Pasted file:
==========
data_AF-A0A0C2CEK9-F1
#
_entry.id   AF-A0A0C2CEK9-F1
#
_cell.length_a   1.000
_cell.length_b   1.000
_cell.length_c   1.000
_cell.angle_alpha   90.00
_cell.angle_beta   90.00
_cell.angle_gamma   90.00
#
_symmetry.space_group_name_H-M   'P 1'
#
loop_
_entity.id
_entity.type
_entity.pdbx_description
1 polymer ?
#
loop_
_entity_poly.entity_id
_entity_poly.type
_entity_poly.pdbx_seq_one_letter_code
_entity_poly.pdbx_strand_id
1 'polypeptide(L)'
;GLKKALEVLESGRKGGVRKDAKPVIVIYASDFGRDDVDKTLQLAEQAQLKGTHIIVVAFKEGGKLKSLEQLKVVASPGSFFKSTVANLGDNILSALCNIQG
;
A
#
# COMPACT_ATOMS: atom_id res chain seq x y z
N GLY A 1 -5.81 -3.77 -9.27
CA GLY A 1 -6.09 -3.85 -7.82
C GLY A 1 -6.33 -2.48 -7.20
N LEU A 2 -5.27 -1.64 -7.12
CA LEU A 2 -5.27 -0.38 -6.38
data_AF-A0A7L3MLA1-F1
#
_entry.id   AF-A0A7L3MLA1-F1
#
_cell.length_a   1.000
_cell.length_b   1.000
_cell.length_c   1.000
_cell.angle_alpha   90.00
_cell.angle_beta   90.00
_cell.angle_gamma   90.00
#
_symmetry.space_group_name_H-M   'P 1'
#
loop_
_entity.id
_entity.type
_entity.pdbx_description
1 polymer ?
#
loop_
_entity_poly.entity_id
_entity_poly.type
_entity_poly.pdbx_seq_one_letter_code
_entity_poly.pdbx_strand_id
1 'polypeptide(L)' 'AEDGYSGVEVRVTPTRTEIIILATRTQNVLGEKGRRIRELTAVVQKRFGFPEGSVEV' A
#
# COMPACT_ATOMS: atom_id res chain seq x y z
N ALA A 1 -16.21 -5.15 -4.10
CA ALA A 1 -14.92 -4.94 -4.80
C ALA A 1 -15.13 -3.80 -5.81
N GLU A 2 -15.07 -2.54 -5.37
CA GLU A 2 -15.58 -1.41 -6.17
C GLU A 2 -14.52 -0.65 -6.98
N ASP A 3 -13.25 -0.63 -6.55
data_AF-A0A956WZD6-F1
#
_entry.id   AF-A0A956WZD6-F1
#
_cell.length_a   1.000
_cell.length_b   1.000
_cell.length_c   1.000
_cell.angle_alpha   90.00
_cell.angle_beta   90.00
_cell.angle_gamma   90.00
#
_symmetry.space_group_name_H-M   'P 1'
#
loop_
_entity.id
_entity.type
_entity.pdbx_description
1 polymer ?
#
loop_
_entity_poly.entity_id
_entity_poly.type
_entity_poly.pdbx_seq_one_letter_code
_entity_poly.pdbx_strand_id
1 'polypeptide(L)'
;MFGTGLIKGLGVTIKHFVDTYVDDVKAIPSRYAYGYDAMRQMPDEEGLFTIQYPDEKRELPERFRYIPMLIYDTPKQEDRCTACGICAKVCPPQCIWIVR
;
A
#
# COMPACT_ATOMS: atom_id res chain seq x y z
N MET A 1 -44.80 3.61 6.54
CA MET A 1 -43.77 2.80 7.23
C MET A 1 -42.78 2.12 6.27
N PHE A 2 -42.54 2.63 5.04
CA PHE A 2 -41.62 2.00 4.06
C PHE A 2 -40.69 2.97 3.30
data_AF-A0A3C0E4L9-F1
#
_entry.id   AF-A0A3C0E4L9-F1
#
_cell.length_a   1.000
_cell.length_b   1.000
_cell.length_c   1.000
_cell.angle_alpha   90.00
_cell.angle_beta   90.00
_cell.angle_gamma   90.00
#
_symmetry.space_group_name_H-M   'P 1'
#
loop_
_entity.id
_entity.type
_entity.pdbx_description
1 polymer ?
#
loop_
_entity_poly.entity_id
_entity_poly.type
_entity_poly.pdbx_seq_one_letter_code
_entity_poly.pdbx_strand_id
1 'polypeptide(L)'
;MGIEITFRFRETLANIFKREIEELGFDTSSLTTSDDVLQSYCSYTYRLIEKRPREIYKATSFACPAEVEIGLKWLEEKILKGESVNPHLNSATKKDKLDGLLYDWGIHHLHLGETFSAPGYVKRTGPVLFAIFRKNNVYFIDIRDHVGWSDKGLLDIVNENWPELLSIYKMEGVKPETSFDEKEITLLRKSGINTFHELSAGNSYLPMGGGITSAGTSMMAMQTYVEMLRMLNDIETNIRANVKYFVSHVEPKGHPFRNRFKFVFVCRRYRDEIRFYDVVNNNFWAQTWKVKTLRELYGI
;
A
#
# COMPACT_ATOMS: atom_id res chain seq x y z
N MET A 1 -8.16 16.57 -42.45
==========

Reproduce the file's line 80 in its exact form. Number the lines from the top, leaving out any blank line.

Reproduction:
#